Valvrave is certainly the most kitchen-sink ready of all the series this season – maybe of any season for a long time – but it still manages to surprise me once in a while by just how willing it is to throw any and every plot twist it can into the mix. Most of them are of course taken from their own catalog – in a sense it’s self-plagiarism on the level of Adachi Mitsuru – but the hook with Valvrave is that it doesn’t just pick and choose among these disparate elements. No, it seems determined to use them all – and boy, did it raise the ante this week.
Obviously there’s an elephant in the room here, so there really isn’t much point in ignoring it. Rape is not a new plot device for Sunrise mecha, so in that sene the episode finale isn’t much of a shock – apart from the fact that rape in any context is always intended to be shocking. No, the real difficulty here comes in the manner in which it was depicted. I’ve spent a bit of time considering just how the final scene of the episode made me feel, and I can only conclude that I hated it. As a general rule I’m not crazy about the use of rape as a plot device in anime, though it’s not automatically off-limits by any means – it’s just that too often, it’s used as a cheap ploy by a lazy writer to provoke a reaction from the audience that they’re not good enough to provoke through other means.
I don’t think that’s the case here – in context, it was actually a fairly powerful moment. Given what we’ve seen already, with the foreshadowing of recent weeks, it isn’t impossible to believe something like this could happen. The problem is, we’re on a very slippery slope both with Saki as the victim and Saki’s reaction in the moment (a Google search on Clayton “Claytie” Williams might provide interesting reading material here). There’s likely to be a certain “she had it coming” segment of the viewer base, based on the fact that Saki was clearly living her life recklessly and getting a thrill out of playing footsie with danger. And the scene as written will surely prompt some to use the word “consensual” – and there’s no such thing as consensual rape. This is perilous, dodgy territory Valvrave is venturing into here, practically begging for an ugly side of the fanbase to show through. The fact is, rape isn’t a sexual act, it’s an act of violence – and depictions that blur that distinction are doing no favors to anyone in doing so. I’m not a politically correct person by any means, and as I said I don’t think this is a development that should be unequivocally out of bounds for anime. But I’m not at all comfortable with what we saw on our screens today.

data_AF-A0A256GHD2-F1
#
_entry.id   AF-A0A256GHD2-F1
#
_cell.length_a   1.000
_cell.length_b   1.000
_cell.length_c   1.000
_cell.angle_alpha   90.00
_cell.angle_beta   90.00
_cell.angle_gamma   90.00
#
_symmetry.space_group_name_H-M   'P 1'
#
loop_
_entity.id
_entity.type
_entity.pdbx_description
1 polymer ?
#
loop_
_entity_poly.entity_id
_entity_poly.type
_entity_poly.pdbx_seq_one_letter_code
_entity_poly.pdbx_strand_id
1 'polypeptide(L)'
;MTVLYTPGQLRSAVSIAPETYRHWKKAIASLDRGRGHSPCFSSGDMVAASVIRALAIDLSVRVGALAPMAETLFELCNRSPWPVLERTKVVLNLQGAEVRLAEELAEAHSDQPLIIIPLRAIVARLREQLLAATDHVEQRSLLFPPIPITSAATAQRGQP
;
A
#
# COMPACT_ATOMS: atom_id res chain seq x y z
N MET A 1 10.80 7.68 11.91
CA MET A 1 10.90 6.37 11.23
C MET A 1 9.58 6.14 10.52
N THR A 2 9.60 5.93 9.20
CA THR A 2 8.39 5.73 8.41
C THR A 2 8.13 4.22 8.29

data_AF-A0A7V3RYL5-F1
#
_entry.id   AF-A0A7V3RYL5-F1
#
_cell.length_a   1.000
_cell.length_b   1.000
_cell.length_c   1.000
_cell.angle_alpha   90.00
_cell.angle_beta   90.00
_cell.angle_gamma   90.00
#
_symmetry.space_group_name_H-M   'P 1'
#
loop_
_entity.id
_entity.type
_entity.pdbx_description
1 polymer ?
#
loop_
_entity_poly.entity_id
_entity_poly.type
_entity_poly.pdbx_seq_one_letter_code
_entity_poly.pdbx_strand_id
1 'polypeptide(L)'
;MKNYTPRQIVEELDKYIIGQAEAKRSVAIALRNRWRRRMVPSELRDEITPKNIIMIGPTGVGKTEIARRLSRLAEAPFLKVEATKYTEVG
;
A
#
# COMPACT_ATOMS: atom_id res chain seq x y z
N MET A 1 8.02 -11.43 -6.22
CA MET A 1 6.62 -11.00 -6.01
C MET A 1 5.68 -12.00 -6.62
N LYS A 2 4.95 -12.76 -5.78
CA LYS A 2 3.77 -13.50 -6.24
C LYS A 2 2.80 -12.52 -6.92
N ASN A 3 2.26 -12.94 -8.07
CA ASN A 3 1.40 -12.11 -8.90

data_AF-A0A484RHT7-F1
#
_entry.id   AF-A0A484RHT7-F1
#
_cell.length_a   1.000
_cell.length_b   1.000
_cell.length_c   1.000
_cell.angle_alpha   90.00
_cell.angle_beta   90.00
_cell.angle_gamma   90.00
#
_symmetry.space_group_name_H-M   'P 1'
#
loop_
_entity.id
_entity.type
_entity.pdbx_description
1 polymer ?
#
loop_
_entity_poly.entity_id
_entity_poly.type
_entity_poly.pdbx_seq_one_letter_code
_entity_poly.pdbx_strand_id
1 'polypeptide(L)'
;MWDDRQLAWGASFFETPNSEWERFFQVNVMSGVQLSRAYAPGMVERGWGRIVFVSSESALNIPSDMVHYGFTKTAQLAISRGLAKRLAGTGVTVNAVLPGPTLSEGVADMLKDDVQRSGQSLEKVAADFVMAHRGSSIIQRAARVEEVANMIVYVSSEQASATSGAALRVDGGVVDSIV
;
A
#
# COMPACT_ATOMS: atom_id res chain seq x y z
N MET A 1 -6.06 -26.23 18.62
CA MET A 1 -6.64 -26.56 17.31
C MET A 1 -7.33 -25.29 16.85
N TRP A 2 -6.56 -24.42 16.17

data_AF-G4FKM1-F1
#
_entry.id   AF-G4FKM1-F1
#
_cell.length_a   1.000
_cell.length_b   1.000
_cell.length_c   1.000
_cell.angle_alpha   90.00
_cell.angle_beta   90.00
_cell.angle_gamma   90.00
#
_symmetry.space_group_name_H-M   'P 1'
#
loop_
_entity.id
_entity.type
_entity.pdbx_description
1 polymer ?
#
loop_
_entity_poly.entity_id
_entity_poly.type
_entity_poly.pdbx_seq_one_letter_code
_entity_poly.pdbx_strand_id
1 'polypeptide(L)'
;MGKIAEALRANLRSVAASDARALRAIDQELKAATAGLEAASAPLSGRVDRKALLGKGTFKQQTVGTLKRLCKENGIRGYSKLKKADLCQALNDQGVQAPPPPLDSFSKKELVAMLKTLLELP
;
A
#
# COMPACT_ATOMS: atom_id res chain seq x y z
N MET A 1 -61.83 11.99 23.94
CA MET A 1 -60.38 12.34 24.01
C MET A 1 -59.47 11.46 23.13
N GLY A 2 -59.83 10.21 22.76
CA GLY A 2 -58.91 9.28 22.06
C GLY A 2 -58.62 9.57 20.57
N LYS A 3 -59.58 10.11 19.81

It seems almost crass to discuss the implications of the rape to the overall plot, never mind other developments in the episode – but there were plenty of both. Does this constitute some kind of attempt by the Valvrave 01 OS to reproduce itself, or even take over Saki’s body using Haruto as a carrier? I suppose if nothing else, Saki’s “It’s a curse” reflects that she now realizes just what a foolish child she’s been – this is no game she’s playing, and Haruto is indeed carrying a monster around inside him. As the rape was playing out, we were seeing a typically absurdly comic Valvrave moment as Shouko addressed the students with a speech making her case as to why she should be elected “Prime Minister” – a classic Shouko “Ganbare!” rant where she promised everything but the moon (oh wait, she did promise that) and did everything but break into song (wait – she already did that).
The contrast set up between the two girls is obviously not coincidental, and it makes Shouko’s promise to confess to Haruto once they’ve arrived on the moon al the more tragicomic. Shouko wins the election, of course – she promised the students the biggest party in the solar system and urged them to be greedy in true Gordon Gecko fashion. But it’s hard to shake the feeling that the students are still playing dress-up, especially given the news that Shouko’s father has possibly been assassinated. If it weren’t for L-Elf (this series is definitely better when he’s more prominent in an episode than less) in fact, the students would all be Dorssian prisoners at best or dead at worst, several times over.
There’s also some mumbo-jumbo from “I’m a physics teacher” Kibukawa about “runes” and how the Valvrave works because everyone is made of particles, along with confirmation from him that it was indeed developed by JIOR as a secret weapon to help them maintain their independence (serious wish-fulfilment aspect of the plot at play here). And two hilariously bakayarou Valvrave lines of dialogue: Kyuuma using the “Together Each Achieves More” acronym with Haruto (stupid and great on so many levels) and Saki telling Haruto to abandon dreams of pairing with Shouko because “It’ll never work out – she’s a human and you’re a holy spirit.” In the end, though, this episode was really only about one thing and I suspect that’s all that will be remembered about it. Sunrise has opened this can of worms, so now it’s just a matter of waiting to see how they handle the aftermath. Everyone will react to it in their own way and with more time to reflect, perhaps my own views on it will evolve.